Is smart charging the solution to EV demands on the electricity grid?
You may recall that Electric Nation was looking looking for 500 – 700 people to take part in a trial that would test the recharging abilities of local electricity infrastructure and uncover potential problems as EV usership grows.
Taking place in the Western Power Distribution’s network areas in the Midlands, South West and South Wales, the project received over 2,500 enquiries, which have translated to over 700 signed expressions of interest, of which over 400 have been approved, and over 350 smart chargers have now been installed.
Well, that was a year ago *gasp* and the results are in.
Announcing its initial findings at the Cenex Low Carbon Vehicle event, Electric Nation found that smart charging can provide a key solution to the challenge of the increased demand from electric vehicles on electricity networks.
It is expected that vehicle-to-grid charging - soon to be trialled as part of the Electric Nation project - will provide further help, while the main issue around grid capacity relates to clusters of EVs charging on local electricity networks at peak times.
Recent reports in response to the government’s announcement about the ban of petrol and diesel cars by 2040 have raised concerns about the ability of the UK’s electricity networks to provide sufficient power for increasing numbers of EVs – a cause for concern among many motorists who feel like they are forever being pushed towards ultra-low emission vehicles.
Mark Dale, innovation manager, Western Power Distribution, comments: “The UK government is looking to mandate smart charging, and the Electric Nation project is providing evidence about whether it will work.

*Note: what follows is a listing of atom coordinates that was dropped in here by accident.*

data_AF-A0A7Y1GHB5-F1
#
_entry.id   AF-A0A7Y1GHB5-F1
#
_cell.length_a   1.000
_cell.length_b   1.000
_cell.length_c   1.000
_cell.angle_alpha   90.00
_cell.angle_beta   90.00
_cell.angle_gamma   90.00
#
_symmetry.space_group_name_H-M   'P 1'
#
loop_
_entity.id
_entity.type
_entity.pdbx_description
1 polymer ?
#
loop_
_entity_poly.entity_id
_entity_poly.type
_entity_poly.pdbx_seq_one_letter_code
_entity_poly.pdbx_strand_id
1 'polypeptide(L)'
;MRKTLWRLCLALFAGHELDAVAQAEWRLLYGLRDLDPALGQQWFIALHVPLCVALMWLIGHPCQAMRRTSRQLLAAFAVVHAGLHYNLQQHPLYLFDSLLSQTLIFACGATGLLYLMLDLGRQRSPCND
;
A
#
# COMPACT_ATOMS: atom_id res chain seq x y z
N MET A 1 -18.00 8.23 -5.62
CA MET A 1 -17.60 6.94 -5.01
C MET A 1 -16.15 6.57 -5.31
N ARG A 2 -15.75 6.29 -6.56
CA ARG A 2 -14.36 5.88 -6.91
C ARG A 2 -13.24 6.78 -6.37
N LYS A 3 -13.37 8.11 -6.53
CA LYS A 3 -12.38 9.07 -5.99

“Research shows that at least 30% of Britain’s low voltage networks are likely to require investment by 2050 to charge EVs, costing at least £2.2bn. Our early findings suggest that smart charging could reduce, delay or avoid the need to upgrade or replace these networks.”
National Grid’s Future Energy Scenarios (FES) included a number of scenarios which estimated the additional system-wide peak electricity demand from electric vehicles would range from 6 to 18GW in 2050.
A lower increase (6 GW) is predicted when the use of smart charging and time of use tariffs is widespread.
Further reductions in peak electricity demand are also likely to be possible by vehicle to grid charging (V2G); Electric Nation will be incorporating V2G trials into the project.
Electric Nation is investigating the benefits which smart charging could provide for local electricity networks, where additional demand from local clusters of EVs could require reinforcement of these networks.
Electric Nation’s initial findings are based on almost 70,000 hours of charging data, and show that 48% of plug-in events begin between 5pm and midnight.
On average, these vehicles are plugged in for 12 hours, but are only charging for just over two hours. This suggests that there is likely to be sufficient flexibility to manage charging away from peak electricity demand periods.
This will be explored in detail through the smart charging trial taking place during the rest of 2017 and 2018.
Over 40 different makes and models of EVs are taking part in the trial, and the geographical hot spots of EV owners who are taking part will be revealed in Electric Nation’s presentation at LCV.